This is my first entry about one of many Japanese Yōkai. Originally I wanted to write about several of them in one post but confronting all the detailed descriptions and their manifoldness I’ve decided to dedicate each Japanese demon, spirit or monster I come across, its own entry. There are plenty of these creatures in Japanese folklore and Shintō so this is going to be a hopefully profound collection including as many as possible of them.
Kappa 河童 (river-child) is one of many Suijin (water deities) in Japanese folklore. The Suijin commonly possess magical powers, which can be used for either benevolent or malevolent purposes. Kappas live in rivers and ponds and are often described as roughly humanoid in form, about the size of a child and very strong. The skin is scaly, they have hair circling the skull, webbed feet and hands or claws instead and many of them have a tortoise shell attached to their back. It’s most defining characteristic however is a hollow cavity atop its head filled with water from the river or pond they live in. This cavity must be full whenever a kappa is away from the water as it is their power source. The kappa, though mischievous, is essentially a polite creature who defers to human ritual; it will always return a courteous bow, spilling the water, and thus losing its power. Only refilling the cavity with water of the river or pond he lives in will give him back his strength. If a human were to refill it, it was believed the kappa would serve them for all eternity.
Buttocks, Toilets & Women
There are legends that describe the kappa hiding in toilets that were often situated above rivers, waiting to fondle a female victim’s Shiri 尻 (buttock). They remove their victim’s Shirikodama 尻子玉 ( a ball located in their intestine possibly representing life force), pull out their livers or sucks out their entrails, leaving nothing behind except a hollow gourd. Mischievous Kappas however have pranks ranging from looking up women’s kimonos drowning people and animals, kidnapping, eating children, to raping women.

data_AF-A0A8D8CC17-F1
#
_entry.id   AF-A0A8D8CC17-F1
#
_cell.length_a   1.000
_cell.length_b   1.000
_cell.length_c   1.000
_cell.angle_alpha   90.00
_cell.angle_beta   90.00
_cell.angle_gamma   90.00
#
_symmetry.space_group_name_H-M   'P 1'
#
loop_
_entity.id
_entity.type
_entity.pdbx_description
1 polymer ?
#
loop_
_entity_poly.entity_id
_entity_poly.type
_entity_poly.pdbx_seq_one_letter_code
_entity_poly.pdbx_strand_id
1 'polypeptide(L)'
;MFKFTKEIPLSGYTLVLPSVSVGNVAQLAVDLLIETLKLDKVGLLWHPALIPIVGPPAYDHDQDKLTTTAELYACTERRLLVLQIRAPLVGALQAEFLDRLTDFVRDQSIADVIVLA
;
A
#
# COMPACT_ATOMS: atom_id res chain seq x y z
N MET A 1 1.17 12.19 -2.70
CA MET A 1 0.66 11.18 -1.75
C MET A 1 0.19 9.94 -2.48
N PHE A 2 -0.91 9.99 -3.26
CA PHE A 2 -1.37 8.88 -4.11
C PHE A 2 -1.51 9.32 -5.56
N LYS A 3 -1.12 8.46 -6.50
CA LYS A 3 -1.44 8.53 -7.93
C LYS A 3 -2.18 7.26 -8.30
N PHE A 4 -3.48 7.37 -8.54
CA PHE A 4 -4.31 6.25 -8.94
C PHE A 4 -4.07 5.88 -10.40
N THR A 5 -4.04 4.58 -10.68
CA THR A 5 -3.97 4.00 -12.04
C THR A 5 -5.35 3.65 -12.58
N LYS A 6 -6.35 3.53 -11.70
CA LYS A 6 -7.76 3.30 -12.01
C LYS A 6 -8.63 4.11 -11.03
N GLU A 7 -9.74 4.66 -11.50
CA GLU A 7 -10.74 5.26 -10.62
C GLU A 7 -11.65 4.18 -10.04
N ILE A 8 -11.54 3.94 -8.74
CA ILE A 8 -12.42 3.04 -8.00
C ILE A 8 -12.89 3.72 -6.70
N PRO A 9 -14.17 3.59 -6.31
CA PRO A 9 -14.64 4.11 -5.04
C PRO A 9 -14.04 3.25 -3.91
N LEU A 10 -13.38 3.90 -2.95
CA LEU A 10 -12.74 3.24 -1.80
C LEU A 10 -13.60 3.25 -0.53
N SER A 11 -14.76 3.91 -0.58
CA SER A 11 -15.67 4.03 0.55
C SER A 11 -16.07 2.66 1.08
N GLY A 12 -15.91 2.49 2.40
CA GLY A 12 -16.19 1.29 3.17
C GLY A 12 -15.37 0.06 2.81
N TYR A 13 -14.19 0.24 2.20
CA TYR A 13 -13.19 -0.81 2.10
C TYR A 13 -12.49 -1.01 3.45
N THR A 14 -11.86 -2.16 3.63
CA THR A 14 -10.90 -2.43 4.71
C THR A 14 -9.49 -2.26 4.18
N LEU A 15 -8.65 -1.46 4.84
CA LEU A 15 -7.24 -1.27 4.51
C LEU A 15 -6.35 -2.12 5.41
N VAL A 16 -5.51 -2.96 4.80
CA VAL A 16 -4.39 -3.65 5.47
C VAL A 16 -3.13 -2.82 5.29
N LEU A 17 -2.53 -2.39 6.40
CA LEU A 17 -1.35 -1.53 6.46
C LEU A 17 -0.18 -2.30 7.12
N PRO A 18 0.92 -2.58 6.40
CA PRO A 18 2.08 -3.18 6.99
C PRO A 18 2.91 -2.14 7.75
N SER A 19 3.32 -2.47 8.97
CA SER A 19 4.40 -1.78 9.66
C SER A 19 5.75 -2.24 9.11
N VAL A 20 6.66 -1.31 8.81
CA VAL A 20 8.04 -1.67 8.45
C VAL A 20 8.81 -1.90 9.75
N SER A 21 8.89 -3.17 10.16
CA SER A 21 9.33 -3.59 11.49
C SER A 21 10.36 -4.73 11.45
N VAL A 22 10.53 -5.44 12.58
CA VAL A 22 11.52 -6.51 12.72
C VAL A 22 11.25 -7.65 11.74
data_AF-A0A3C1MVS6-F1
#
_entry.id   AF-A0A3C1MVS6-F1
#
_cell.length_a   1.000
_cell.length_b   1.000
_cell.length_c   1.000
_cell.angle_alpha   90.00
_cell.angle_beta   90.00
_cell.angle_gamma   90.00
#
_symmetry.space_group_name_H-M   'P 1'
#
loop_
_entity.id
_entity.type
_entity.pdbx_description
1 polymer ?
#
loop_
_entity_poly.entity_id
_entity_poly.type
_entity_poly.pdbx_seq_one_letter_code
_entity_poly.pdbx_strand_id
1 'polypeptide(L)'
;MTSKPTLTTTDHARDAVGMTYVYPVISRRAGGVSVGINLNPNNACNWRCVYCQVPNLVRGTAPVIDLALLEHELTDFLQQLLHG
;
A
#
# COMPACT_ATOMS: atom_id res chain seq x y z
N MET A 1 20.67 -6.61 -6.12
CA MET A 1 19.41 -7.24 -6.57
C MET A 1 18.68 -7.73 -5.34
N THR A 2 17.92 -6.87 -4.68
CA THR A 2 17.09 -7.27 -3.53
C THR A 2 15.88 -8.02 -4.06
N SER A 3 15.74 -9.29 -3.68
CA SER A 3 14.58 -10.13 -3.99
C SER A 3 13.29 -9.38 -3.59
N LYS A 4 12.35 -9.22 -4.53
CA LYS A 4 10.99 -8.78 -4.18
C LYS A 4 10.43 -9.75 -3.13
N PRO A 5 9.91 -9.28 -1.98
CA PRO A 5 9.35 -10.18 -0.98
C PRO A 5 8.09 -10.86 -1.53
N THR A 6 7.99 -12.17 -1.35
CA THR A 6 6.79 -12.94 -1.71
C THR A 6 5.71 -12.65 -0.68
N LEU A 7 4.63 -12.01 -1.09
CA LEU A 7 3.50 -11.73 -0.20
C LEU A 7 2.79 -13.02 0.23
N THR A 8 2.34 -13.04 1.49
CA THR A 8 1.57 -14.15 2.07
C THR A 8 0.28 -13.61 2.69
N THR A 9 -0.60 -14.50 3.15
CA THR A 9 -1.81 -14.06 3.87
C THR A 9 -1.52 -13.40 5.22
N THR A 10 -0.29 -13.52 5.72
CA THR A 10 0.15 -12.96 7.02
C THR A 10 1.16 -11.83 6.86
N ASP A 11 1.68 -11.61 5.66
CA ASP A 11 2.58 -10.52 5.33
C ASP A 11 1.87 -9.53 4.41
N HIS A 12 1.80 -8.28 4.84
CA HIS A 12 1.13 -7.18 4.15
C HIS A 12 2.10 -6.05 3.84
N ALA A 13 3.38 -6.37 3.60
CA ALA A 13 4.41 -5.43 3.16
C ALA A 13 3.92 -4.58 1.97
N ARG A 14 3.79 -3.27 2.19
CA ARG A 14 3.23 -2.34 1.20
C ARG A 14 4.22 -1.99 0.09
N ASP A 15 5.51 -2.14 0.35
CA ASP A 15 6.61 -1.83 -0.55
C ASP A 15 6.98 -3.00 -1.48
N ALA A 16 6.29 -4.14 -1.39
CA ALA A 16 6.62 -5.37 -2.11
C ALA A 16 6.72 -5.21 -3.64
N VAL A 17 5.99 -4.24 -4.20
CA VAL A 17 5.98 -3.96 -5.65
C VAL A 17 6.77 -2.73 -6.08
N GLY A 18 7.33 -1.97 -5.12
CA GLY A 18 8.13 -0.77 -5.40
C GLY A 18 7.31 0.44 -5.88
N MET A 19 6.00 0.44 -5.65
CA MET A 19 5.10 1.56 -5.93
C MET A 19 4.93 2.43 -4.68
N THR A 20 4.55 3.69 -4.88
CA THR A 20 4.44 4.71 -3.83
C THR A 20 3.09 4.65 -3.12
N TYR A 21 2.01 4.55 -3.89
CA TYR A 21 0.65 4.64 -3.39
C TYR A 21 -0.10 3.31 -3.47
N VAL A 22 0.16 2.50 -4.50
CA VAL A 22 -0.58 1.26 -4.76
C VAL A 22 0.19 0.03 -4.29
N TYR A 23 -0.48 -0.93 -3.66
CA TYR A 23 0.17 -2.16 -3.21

The kappa is notorious for attempting to lure horses and cows to a death by drowning. In most versions of this legend though, the kappa fails and the startled horse pulls the Kappa (or just its arm) all the way back to the stable. The kappa’s success rate in fondling women’s shiri in the toilet may be slightly higher, but often on its second attempt its arm is grabbed and yanked from the body. In order to be set free and receive back its arm (the arm can often be reattached within a certain number of days), the kappa will take an oath. It will pledge, for instance, to stop harassing people in the area, or to assist with work in the fields, or to teach its captor secret bonesetting techniques and formulas for making medicine and ointments.
Kappa in modern Japan
Today the Kappa is typically depicted as a cute cartoon-like character, and appears quite regularly in Japanese fiction, in cartoons for children (Urusei Yatsura, Tenchi Universe), as a cute mascot for commercial products, and in toys.
But there are also other examples referring to the Kappa.
Kappa Maki = Cucumber sushi rolls, a common Japanese food. The Kappa love cucumbers according to Japanese legend.
Okappa = Bobbed hairstyles that look like the Kappa’s hair.
Kappa no Kawa Nagare = Even Kappa can drown. Even a Kappa can get carried away by the river. Kappa are excellent swimmers, so this is a proverb meaning “even an expert can make mistakes.” There is a related proverb associated with the Monkey, which goes: Saru mo Ki Kara Ochiru. It means “Even monkies fall from trees.”
Kappa no He = Much ado about nothing (literally “water-imp fart”)
Kappa = Word for traditional straw raincoat worn by farmers
I hope you liked this entry! All the information I used is from here and here. I’m looking forward to learning more about Japanese mythology, folklore and Shintō and reporting it!